The History of Jerusalem Mill Village
In 1768 Zacheas Onion engaged Quaker millwright Isaiah Linton, of Bucks County, Pennsylvania, to repair and improve the existing ironworks and mills. Linton brought his family and friends into the venture, including miller David Lee.
In September 1769, millwright Isaiah Linton and miller David Lee entered into a partnership to build and operate a grist mill. They purchased the Jerusalem land tract which was advantageously located on the fall line of the Little Gunpowder River. In August of 1772, the project was completed, and David Lee began milling operations.
Linton began purchasing water and milling rights, and property. He eventually built eight water-powered mills along the Little Gunpowder River. The site of his fourth mill, which he completed in 1772, endured to become the centerpiece of Jerusalem Mill Village, a Quaker village that thrived into the very early 20th century. David Lee agreed to operate Lee's Merchant Mill and divide the profits equally with Linton. By this time there were several other buildings located around the mill. A sawmill had been in operation on site for a number of years. A succession of owners operated the gristmill until 1961, when the last miller died.
The gunshop, located behind the mill, is believed to have been used by David Lee to produce muskets for the Maryland militia during the early part of the Revolutionary War. This building has also been used as a coopers shop and a dwelling. The blacksmith shop and homes for the Lee family and workers were also built during this period. The burgeoning village also contained a number of outbuildings usually associated with the support of families and a mill.
According to Lee and Linton family tradition, in the early years of the Revolutionary War, David Lee and several other Quakers made black walnut stocks and assembled muskets for the patriot cause in two-story stone building behind the gristmill. Although the building was used for a variety of purposes throughout its history, it is commonly known as the Gunshop.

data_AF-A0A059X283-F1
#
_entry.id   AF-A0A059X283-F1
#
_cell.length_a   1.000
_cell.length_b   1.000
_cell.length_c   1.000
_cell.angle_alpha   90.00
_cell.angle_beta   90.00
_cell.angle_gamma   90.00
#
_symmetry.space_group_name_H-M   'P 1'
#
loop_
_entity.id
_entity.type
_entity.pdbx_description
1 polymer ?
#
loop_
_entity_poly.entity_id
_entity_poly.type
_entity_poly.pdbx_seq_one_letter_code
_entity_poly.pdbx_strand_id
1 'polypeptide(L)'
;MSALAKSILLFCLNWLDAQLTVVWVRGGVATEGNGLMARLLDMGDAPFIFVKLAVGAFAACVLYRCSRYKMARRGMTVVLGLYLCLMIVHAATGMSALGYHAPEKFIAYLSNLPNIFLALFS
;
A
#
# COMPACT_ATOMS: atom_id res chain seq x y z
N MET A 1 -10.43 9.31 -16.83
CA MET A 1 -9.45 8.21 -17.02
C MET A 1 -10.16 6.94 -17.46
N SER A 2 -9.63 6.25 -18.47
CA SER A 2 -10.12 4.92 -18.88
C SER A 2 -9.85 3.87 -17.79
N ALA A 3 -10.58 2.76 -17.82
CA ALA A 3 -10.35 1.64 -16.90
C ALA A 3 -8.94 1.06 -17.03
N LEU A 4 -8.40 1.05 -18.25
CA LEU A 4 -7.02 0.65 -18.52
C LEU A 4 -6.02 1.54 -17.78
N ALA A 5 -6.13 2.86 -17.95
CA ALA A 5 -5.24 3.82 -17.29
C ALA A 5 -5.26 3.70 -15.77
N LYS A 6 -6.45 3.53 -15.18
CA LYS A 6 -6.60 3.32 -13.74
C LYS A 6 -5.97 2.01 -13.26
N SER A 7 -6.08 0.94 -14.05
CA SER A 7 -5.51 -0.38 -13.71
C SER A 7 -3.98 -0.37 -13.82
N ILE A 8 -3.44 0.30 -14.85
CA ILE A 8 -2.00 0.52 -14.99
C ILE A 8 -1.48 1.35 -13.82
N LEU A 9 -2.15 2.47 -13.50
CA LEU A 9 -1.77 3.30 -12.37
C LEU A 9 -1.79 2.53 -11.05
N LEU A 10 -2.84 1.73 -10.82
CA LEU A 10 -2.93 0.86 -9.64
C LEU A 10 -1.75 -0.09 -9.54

David Lee's son and heir, Ralph Sackett Lee, successfully expanded the village's operations. By the early 19th century there were several major additions to the village including the Lee mansion, several tenant dwellings and a large bank barn.By mid 19th century, most of the village was in place. This era also produced one of the more colorful events in the village when, in 1864, Confederate Major Harry Gilmor raided the general store located at the east end of the village. After the Civil War, all of the village's operations were gradually leased out then eventually sold. In the 1870s the gristmill became known as Jerusalem Merchant Mill.
20th Century and beyond:
Jerusalem Mill Village continued to thrive through the first part of the 1900's. This time also produced changes in the ownership of the properties with the Mill having been sold out of the Lee family, dwellings becoming private residences and the general store having a succession of owners.
After the Great Depression the village as a unit started into a slow but steady economic decline.The general store closed in 1940 and the mill ceased operations in 1961. Soon after the mill closed the State of Maryland purchased the property as part of the Gunpowder Falls State Park. The mill building, the gunshop and blacksmith shop all fell into severe disrepair.
In 1985 a group of local residents formed the Friends of Jerusalem Mill (FOJM). A succession of purchases by the State and preservation efforts by FOJM has resulted in Jerusalem Mill Village returning as a largely intact historic area.
Though the village is now again intact and many of the buildings preserved there is much work to be done. Continuing preservation, restoration and maintainance will take many years and millions of dollars. Please consider supporting this worthy cause.
Copyright 2010-13 by Friends of Jerusalem Mill
Maintained by Sinak